This book is a synopsis of the very extensive work Why shouldn’t Israel exist in the Middle East? (published in 2015). The author argues that the Middle East conflict is the easiest problem in the world to explain, but also the most difficult to solve. “Briefly stated: Israel wants to exist, and to recognise the rights of the Palestinians to have their own state. The Palestinians and many other Arabs and Muslims, however, do not acknowledge that the Jewish State of Israel has a right to exist”.
Prof. Hans Jansen, author of the well-known standard work Christian Theology after Auschwitz: Theological and Ecclesiastical Roots of Anti-Semitism (The Hague, 1981), of which six editions appeared, was from 1990 to 2000 the holder of the James William Parkes Chair in the History of Christian Literature on Judaism and Jews of the Faculty of Arts and Philosophy at the Vrije Universiteit in Brussels. Since 2002 he has been associated with SWIB, the Simon Wiesenthal Institute in Brussels, where he still gives lectures on the anti-Semitism of Amin el-Husseini, the Grand Mufti of Jerusalem.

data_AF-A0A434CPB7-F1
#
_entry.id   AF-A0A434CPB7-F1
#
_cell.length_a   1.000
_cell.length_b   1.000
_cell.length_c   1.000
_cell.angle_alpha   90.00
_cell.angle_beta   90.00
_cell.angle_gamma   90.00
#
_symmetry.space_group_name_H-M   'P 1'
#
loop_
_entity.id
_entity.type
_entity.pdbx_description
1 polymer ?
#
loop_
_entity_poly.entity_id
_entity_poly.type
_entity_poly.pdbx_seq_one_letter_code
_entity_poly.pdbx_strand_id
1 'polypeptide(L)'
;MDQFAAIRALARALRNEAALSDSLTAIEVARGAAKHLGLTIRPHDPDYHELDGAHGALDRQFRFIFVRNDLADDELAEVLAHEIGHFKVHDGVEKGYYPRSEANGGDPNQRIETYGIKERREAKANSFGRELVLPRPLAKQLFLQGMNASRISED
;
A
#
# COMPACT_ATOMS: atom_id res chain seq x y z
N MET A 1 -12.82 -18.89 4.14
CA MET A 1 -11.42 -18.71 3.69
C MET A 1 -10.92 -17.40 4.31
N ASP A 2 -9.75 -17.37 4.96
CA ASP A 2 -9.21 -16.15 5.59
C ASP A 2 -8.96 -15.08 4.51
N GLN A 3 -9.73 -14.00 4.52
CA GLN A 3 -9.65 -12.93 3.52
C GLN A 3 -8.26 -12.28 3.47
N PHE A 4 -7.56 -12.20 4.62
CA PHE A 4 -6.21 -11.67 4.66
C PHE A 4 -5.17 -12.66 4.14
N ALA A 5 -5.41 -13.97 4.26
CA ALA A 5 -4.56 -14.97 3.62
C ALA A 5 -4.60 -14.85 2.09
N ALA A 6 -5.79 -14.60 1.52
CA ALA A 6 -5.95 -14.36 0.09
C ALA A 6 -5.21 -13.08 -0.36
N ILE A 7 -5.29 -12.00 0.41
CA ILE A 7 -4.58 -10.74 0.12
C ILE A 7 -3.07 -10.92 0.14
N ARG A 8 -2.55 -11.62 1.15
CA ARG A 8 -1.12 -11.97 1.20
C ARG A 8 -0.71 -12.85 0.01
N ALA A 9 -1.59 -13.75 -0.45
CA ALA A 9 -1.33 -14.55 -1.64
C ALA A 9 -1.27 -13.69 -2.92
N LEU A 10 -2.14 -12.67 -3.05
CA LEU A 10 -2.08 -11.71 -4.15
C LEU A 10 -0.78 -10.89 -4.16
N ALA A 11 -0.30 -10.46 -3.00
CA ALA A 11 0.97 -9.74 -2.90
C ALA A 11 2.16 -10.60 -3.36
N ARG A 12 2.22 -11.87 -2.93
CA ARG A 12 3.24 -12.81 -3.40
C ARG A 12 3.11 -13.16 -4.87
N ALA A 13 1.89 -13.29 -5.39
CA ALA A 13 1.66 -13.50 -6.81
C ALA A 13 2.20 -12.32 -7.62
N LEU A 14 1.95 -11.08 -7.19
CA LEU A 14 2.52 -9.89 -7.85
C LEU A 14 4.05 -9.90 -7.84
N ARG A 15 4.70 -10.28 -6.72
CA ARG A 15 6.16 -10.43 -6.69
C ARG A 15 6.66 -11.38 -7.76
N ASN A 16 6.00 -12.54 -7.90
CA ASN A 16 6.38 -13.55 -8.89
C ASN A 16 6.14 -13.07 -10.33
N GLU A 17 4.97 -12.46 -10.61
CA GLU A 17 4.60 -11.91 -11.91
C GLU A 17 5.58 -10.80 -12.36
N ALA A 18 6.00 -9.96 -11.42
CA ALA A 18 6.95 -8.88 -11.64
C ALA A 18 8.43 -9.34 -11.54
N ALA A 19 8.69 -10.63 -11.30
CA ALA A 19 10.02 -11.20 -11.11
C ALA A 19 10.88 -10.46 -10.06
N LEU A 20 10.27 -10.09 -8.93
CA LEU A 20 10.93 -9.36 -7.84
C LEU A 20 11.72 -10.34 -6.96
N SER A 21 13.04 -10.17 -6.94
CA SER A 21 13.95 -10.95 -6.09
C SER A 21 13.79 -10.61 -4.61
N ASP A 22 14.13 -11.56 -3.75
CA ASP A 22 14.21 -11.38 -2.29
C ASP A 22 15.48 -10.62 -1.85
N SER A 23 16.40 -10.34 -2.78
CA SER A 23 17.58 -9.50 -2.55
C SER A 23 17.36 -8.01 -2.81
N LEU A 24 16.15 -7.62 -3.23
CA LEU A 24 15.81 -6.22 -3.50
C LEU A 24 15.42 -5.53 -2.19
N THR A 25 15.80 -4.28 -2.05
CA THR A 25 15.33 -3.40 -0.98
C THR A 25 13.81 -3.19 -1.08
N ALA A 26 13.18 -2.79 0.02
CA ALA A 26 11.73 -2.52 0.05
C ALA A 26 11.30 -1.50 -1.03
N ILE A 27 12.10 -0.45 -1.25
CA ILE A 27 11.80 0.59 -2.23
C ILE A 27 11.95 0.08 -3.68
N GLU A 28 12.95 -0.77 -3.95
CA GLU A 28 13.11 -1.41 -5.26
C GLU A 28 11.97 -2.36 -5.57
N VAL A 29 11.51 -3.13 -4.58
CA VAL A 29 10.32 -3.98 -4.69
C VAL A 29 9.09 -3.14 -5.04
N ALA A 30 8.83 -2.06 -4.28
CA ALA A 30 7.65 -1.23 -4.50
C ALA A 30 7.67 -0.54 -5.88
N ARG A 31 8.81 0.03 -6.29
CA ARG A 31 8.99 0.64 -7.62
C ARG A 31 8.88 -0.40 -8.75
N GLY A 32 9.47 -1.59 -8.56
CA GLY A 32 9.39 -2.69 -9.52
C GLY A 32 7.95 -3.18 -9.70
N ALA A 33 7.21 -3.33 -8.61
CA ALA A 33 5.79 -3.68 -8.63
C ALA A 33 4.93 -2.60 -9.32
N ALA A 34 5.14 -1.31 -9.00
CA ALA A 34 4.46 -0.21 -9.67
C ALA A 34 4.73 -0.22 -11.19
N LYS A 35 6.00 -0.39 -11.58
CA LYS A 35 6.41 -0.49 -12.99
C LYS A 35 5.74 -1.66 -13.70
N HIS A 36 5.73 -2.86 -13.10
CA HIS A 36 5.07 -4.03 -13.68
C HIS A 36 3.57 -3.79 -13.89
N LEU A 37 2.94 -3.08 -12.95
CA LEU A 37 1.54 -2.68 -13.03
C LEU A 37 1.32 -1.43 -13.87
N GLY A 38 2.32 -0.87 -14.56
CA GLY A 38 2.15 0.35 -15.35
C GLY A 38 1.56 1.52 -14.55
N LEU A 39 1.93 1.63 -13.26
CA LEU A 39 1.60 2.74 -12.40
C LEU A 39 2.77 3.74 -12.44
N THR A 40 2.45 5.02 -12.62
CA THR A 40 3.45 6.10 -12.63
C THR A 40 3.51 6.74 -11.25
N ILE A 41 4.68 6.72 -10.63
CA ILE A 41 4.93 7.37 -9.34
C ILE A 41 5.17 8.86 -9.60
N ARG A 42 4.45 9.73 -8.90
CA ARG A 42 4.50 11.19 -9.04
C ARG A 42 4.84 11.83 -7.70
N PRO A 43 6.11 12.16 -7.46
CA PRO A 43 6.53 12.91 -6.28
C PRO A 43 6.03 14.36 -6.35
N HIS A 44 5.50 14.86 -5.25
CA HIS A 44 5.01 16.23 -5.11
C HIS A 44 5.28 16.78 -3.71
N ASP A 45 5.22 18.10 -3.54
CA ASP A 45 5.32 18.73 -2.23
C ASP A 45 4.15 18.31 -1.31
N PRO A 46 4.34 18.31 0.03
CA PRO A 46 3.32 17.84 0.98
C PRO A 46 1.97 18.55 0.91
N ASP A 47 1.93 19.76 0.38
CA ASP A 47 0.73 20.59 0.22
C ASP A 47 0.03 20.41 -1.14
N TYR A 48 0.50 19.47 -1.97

Jansen has numerous works to his name. In 2004 he wrote an essay for political and religious leaders in Europe entitled The Education System of the Palestinian Authority is Inciting a Holy War against Israel (Christians for Israel International / European Coalition for Israel). In spring 2006 Royal Jongbloed in Heerenveen published his voluminous study entitled From Anti-Semitism to Suicide Bombing, a second edition of which appeared six months later. In 2010 a fascinating essay on the work of Erasmus saw the light of day. The essay’s title was Erasmus’s Protest against the Renaissance of Hebrew Literature and from the start it was seen by many readers as a precious gem! The work was published by Royal Jongbloed. In spring 2015, his very extensive book “Why shouldn’t Israel exist in the Middle East?” appeared, followed by a second edition in September 2015. In 2004 he was awarded the Israel Prize by the World Zionist Organization for his complete oeuvre.